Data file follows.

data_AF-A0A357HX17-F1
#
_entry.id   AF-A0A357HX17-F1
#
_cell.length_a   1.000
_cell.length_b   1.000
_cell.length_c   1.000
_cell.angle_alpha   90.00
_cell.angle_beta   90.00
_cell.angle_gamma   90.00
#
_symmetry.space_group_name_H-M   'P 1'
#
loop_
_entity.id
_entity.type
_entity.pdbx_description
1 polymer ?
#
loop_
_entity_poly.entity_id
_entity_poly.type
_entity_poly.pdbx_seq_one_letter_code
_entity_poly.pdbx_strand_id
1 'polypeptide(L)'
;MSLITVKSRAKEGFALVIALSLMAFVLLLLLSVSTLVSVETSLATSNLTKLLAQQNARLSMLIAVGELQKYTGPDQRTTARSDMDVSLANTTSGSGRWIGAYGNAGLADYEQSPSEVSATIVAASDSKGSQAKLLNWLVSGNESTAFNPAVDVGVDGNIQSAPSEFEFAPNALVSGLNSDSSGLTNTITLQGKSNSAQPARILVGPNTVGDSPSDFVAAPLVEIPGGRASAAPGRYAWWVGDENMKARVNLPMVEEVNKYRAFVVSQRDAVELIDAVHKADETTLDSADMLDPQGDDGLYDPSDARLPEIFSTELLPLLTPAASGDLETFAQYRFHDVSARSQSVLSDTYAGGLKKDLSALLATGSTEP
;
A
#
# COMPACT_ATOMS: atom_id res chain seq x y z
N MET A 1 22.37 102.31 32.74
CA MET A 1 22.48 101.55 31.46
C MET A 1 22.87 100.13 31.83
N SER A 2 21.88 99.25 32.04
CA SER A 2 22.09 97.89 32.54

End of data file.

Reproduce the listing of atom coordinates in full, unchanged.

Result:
data_AF-A0A357HX17-F1
#
_entry.id   AF-A0A357HX17-F1
#
_cell.length_a   1.000
_cell.length_b   1.000
_cell.length_c   1.000
_cell.angle_alpha   90.00
_cell.angle_beta   90.00
_cell.angle_gamma   90.00
#
_symmetry.space_group_name_H-M   'P 1'
#
loop_
_entity.id
_entity.type
_entity.pdbx_description
1 polymer ?
#
loop_
_entity_poly.entity_id
_entity_poly.type
_entity_poly.pdbx_seq_one_letter_code
_entity_poly.pdbx_strand_id
1 'polypeptide(L)'
;MSLITVKSRAKEGFALVIALSLMAFVLLLLLSVSTLVSVETSLATSNLTKLLAQQNARLSMLIAVGELQKYTGPDQRTTARSDMDVSLANTTSGSGRWIGAYGNAGLADYEQSPSEVSATIVAASDSKGSQAKLLNWLVSGNESTAFNPAVDVGVDGNIQSAPSEFEFAPNALVSGLNSDSSGLTNTITLQGKSNSAQPARILVGPNTVGDSPSDFVAAPLVEIPGGRASAAPGRYAWWVGDENMKARVNLPMVEEVNKYRAFVVSQRDAVELIDAVHKADETTLDSADMLDPQGDDGLYDPSDARLPEIFSTELLPLLTPAASGDLETFAQYRFHDVSARSQSVLSDTYAGGLKKDLSALLATGSTEP
;
A
#
# COMPACT_ATOMS: atom_id res chain seq x y z
N MET A 1 22.37 102.31 32.74
CA MET A 1 22.48 101.55 31.46
C MET A 1 22.87 100.13 31.83
N SER A 2 21.88 99.25 32.04
CA SER A 2 22.09 97.89 32.54